Wearing black on Thursdays highlights the unacceptably high levels of abuse against women in our society.
The response has been positive and many people, both women and men, have committed themselves to wearing black on Thursdays. This is an outward sign of mourning and of standing in solidarity with women who have died at the hands of their partners and signifies a desire to make a difference in our world.
The buttons have been distributed at various workshops, where gender-based violence is addressed and where the links between HIV infection and gender injustice are stressed. The members of the Self Help Groups are being empowered to understand the implications of gender-based violence and many of them appreciate the opportunity of wearing black on Thursdays to highlight this debilitating scourge in our rural communities.
Various churches have distributed the buttons and information leaflets at their Synods and other gatherings of church leaders. In the past three years approximately 6,000 buttons and flyers have been distributed – some as far afield as Cape Town. Diakonia Council of Churches’ website promoted the campaign during the 16 Days of Activism Campaign and this additional source of information solicited much interest.
In recent months Women’s Manyano Organisations have promoted the Thursdays in Black Campaign to raise awareness on ‘Violence Against Women’ (and Children).
If you would like more information about the Thursdays in Black Campaign or would like someone to address your church or organisation on this topic, please contact the Diakonia Council of Churches office on  310-3500.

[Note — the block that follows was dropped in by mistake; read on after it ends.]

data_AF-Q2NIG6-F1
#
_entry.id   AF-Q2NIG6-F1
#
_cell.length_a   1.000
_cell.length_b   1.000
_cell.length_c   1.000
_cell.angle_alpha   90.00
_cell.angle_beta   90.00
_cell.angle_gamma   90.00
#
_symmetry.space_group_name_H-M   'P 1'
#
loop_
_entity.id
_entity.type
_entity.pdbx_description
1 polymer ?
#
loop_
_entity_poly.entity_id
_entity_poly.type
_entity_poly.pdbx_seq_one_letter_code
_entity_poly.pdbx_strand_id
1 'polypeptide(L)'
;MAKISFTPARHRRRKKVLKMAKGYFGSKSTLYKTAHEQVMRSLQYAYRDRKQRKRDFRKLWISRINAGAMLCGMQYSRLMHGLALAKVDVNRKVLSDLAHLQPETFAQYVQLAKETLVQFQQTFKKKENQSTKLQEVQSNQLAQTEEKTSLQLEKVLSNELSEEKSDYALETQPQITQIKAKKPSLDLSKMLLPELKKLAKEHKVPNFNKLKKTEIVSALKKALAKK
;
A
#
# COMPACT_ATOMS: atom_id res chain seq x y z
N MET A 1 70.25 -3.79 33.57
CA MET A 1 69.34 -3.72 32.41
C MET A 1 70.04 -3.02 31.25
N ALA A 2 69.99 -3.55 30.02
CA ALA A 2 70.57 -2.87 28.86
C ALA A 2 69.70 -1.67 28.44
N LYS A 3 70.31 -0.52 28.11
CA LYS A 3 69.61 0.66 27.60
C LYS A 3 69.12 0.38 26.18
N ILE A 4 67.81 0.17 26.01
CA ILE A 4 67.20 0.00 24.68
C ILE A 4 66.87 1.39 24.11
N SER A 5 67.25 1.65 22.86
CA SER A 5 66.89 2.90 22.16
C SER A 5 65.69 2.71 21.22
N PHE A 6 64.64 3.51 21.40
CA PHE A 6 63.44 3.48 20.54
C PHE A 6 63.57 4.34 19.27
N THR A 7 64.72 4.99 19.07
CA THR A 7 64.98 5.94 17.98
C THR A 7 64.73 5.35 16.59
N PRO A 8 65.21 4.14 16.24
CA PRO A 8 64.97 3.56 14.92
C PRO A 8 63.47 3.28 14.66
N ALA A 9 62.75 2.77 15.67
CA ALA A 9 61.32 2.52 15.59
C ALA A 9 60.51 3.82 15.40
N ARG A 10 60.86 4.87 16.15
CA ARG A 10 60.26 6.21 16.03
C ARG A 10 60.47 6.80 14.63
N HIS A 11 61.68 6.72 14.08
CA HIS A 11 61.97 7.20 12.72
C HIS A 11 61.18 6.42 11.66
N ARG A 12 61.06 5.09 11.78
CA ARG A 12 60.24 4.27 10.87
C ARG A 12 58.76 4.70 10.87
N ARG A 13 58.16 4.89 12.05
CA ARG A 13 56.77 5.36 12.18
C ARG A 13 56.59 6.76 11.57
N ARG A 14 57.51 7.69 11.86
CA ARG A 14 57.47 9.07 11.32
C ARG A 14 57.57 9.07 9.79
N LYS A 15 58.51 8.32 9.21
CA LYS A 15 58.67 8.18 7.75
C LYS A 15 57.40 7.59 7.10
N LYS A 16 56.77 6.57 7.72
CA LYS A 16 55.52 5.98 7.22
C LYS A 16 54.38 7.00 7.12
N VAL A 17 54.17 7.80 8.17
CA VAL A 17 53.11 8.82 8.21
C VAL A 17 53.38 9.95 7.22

Women in Ministry
Diakonia Council of Churches regularly hosts events, particularly for women in ministry as this is one aspect of gender justice that still needs our full support. Churches still struggle to treat women ministers equally and the challenges they face are often very different to those experienced by male clergy. Women in Ministry meet at least twice a year to discuss topical issues and how they affect women.
We also run at least two gender workshops a year that link the issues of gender and gender violence with HIV and AIDS.
With the levels of poverty going up, South African young people are increasingly being drawn into the world of drugs, crime and prostitution. Yet, the youth are the future of our country. It is imperative that we address the needs of the youth and educate them so that they become responsible citizens.
Diakonia provides platform for the youth to meet and share their challenges. Workshops are also conducted where they learn about their rights, HIV and AIDS, life and income-generating skills.
In June 2011, the Diakonia Youth Forum was officially launched. The Forum brings youth from the member churches and organisations together, to actively participate in social justice issues.